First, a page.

Lava Ridge resolution advances in House
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A resolution opposing the proposed Lava Ridge wind energy project will head to the floor of the Idaho House of Representatives, after being passed out of committee on Wednesday.
House Concurrent Resolution 4 asks the governor and the attorney general take legal steps to encourage the Bureau of Land Management to select the Alternative A — the “No Build” option — for Lava Ridge, a project that could place up to 400 giant wind turbines on public lands northeast of Jerome.
Resolution sponsor Rep. Jack Nelsen, a Republican from Jerome, said the resolution itself encapsulates some of the many concerns that have come to him from constituents.
“This reinforces and summarizes what’s made our community so grumpy,” Nelsen told the Times-News in a Wednesday phone call. “It just shows how much our community is opposed to this.”
For Nelsen and other lawmakers, an outpouring of concerns from constituents has prompted many to carry their concerns forward.
“(Lava Ridge) is the first in a long line of applications for energy projects on federal lands,” Nelsen said. “This is like a gold rush to run out and pound your stakes and site projects on federal ground. There’s lots of applications following this.
“To me, it’s a bit of a precedent-setter. Is the BLM going to recognize local concerns or not?”
Following the 90-minute hearing, the Environment, Energy and Technology Committee voted unanimously to send the resolution to the House with a “Do Pass” endorsement.
Resolution co-sponsor Lance Clow, a Twin Falls Republican, told the committee that he and other legislators were struck by how broad the opposition to Lava Ridge was.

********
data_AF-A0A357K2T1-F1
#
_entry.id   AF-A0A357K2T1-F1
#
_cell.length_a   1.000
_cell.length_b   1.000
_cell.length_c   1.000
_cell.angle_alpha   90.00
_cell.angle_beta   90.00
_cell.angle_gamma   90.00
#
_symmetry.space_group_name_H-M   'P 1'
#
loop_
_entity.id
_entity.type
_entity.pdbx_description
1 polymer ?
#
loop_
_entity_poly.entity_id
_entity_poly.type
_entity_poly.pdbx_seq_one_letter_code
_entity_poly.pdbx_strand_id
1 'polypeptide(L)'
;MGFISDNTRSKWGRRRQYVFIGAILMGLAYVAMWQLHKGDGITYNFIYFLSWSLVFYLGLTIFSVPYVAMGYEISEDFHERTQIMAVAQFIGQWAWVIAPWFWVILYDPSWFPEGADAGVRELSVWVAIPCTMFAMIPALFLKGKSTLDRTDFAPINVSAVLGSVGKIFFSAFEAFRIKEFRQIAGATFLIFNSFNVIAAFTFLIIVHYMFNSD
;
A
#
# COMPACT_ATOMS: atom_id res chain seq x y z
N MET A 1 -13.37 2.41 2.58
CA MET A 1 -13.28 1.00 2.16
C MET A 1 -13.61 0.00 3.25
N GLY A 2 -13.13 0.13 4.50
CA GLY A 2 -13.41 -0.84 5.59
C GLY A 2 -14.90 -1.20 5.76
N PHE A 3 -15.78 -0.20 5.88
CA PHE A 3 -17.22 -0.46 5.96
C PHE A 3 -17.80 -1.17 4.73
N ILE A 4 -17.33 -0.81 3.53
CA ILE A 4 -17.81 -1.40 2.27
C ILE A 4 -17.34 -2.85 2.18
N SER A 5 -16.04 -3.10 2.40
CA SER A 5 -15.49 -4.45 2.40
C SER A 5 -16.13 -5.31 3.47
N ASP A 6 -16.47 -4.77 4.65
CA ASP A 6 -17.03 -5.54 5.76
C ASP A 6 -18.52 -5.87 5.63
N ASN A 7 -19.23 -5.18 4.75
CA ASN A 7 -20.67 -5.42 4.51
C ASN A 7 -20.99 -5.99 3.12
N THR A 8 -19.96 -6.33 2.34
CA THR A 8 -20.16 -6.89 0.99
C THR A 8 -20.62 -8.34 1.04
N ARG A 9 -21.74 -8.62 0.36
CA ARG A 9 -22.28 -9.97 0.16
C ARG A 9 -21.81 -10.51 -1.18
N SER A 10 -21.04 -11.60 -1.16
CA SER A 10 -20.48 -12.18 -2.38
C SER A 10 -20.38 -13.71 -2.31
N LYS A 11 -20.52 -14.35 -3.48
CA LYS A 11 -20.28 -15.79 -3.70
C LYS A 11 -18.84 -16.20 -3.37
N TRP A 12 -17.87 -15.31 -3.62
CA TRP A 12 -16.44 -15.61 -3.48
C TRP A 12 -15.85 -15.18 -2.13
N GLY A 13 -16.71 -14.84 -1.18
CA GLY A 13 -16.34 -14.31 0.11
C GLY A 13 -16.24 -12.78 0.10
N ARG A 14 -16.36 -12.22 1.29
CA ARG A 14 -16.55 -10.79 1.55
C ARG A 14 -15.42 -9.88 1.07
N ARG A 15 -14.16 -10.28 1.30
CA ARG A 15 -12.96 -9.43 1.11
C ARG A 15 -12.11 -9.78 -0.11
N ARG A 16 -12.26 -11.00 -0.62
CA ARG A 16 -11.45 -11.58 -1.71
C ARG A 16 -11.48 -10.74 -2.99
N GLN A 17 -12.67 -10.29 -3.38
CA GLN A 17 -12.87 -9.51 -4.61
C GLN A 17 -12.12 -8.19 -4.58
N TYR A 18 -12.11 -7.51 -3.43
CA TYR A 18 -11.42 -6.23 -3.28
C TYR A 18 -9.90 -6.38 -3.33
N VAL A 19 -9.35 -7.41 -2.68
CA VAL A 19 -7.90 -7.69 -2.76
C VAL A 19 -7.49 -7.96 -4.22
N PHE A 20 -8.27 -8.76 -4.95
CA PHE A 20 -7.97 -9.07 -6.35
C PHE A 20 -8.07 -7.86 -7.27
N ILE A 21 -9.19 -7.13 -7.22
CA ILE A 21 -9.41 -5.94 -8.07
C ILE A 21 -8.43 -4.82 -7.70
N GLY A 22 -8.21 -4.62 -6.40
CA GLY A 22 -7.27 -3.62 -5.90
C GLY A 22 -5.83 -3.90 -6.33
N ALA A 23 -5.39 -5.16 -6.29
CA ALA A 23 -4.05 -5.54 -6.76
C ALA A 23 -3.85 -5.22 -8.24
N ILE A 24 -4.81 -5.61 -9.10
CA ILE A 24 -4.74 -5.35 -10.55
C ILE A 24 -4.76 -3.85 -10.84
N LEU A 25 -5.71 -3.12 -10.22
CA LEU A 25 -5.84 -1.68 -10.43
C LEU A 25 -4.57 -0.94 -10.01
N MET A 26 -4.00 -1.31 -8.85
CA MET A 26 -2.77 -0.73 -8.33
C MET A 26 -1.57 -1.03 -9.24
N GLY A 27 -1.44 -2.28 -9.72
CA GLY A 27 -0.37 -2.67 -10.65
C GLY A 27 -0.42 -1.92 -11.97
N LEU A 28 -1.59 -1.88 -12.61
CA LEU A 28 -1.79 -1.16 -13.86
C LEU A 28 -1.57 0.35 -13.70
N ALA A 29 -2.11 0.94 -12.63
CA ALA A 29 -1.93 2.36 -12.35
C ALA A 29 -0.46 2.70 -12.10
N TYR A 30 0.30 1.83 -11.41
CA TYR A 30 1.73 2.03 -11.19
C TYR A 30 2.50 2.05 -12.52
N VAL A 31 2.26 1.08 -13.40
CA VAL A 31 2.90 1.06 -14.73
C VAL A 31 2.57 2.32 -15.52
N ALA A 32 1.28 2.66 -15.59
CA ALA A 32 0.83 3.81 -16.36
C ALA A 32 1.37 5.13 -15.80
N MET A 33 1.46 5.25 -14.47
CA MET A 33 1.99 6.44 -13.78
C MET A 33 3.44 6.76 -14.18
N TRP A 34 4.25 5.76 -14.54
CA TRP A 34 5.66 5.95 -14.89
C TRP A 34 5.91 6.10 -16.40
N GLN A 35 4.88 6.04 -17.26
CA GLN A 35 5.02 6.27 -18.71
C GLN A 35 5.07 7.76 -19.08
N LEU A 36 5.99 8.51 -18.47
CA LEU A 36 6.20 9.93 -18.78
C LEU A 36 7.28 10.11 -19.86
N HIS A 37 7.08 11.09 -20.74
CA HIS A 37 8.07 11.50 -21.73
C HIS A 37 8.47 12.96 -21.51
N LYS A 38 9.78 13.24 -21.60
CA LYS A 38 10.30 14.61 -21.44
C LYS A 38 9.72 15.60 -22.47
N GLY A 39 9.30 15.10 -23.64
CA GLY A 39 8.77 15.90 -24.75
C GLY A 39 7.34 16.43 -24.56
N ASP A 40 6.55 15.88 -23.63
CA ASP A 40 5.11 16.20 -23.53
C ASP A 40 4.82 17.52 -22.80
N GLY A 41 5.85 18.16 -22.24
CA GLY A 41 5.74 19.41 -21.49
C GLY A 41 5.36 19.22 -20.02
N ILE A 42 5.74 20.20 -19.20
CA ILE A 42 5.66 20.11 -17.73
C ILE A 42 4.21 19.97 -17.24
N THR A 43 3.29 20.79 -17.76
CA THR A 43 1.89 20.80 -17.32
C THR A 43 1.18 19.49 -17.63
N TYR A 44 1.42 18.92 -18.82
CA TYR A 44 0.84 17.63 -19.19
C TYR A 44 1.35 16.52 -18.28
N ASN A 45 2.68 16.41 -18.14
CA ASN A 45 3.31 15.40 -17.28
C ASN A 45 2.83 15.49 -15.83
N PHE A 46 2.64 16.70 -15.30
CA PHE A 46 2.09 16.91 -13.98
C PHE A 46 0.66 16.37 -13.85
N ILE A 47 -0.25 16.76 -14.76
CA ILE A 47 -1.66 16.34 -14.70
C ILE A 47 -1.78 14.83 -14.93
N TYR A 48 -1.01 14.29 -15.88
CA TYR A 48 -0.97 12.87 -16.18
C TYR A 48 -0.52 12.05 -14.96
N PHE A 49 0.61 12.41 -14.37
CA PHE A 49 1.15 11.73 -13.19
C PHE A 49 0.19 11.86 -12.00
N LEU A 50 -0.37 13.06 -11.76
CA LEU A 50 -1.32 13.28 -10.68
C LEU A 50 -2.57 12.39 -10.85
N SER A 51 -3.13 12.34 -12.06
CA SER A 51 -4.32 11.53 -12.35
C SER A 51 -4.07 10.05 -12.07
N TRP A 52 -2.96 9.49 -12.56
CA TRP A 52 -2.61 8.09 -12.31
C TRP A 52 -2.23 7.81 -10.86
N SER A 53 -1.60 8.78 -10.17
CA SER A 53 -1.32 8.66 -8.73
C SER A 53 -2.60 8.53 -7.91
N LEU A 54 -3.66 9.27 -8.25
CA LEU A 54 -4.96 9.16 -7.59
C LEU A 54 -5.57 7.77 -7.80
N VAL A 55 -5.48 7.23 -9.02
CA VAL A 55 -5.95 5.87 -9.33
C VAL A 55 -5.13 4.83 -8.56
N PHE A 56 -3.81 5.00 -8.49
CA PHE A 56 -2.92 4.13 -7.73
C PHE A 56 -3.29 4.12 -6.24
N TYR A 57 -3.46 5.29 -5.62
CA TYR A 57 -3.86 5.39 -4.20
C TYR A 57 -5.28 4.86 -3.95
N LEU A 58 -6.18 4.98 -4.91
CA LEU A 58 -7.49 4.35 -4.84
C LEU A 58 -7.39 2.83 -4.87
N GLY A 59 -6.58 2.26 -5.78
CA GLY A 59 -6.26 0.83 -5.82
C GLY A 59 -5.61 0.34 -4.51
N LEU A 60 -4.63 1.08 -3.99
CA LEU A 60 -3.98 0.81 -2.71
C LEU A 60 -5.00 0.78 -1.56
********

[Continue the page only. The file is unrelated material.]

“I’ve never seen such an outpouring of citizens from all walks of life, all political persuasions that have come together in opposition to this project,” Clow said. “As a representative in a representative form of government, I could not help myself but to say, ‘This is where I must go.’”
LS Power project manager Luke Papez gave an overview of the project and told the committee that extensive federal regulatory process was well-established and thorough.
“The BLM’s process in our eyes is working,” Papez told the committee. “It is accepting the stakeholders’ and community feedback in an attempt to revise the project in such a way that the project can still be viable, but sensitive to the concerns and issues brought forward.”
With millions of dollars at risk to bring the project to the region, legislative resolution would send unfavorable message to other companies looking to do business in the state, Papez said.
Companies come to Idaho to do business, he said, and these companies expect consistency from the regulatory process.
These businesses hope that their individual proposals will be heard out through the process, he said.
“The resolution, I feel, starts to put a thumb on the scale mid-stream,” Papez said.
Testimony from 21 people, however, favored the resolution about 3-to-1.
Janet Keegan from Friends of Minidoka spoke in favor of the resolution by phone and told the committee that if this project went ahead it would be like history repeating itself.
“I feel that livelihoods will be taken away. People would be forced to move… that is what happened to 120,000 Japanese, mostly American citizens, 81 years ago,” Keegan said.
Joan Hurlock, who presented the committee with a petition containing 1,300 signatures, declared “war” against the Lava Ridge project.
“We are David against Goliath and face a giant with billions of dollars in their war chest,” Hurlock said. “Yes this is war, a war to save our land, livelihoods, history, and way of life.”
Ron Williams specializes in energy policy and represents LS Power. He spoke in opposition to the resolution and said that Idaho imports more energy than it produces.
“If you adopt this policy a message is sent that Idaho will continue to be a net energy importer and that Idaho is not open for energy development,” Williams said.
During discussion before the vote, Rep. Lauren Necochea, a Democrat from Boise, said changes would be needed to be made in how we generate electricity, but that more work needed to be done so that communities would see the benefits.
“I want to see more renewable energy projects moving forward in Idaho, but I will be supporting the resolution,” Necochea told the committee.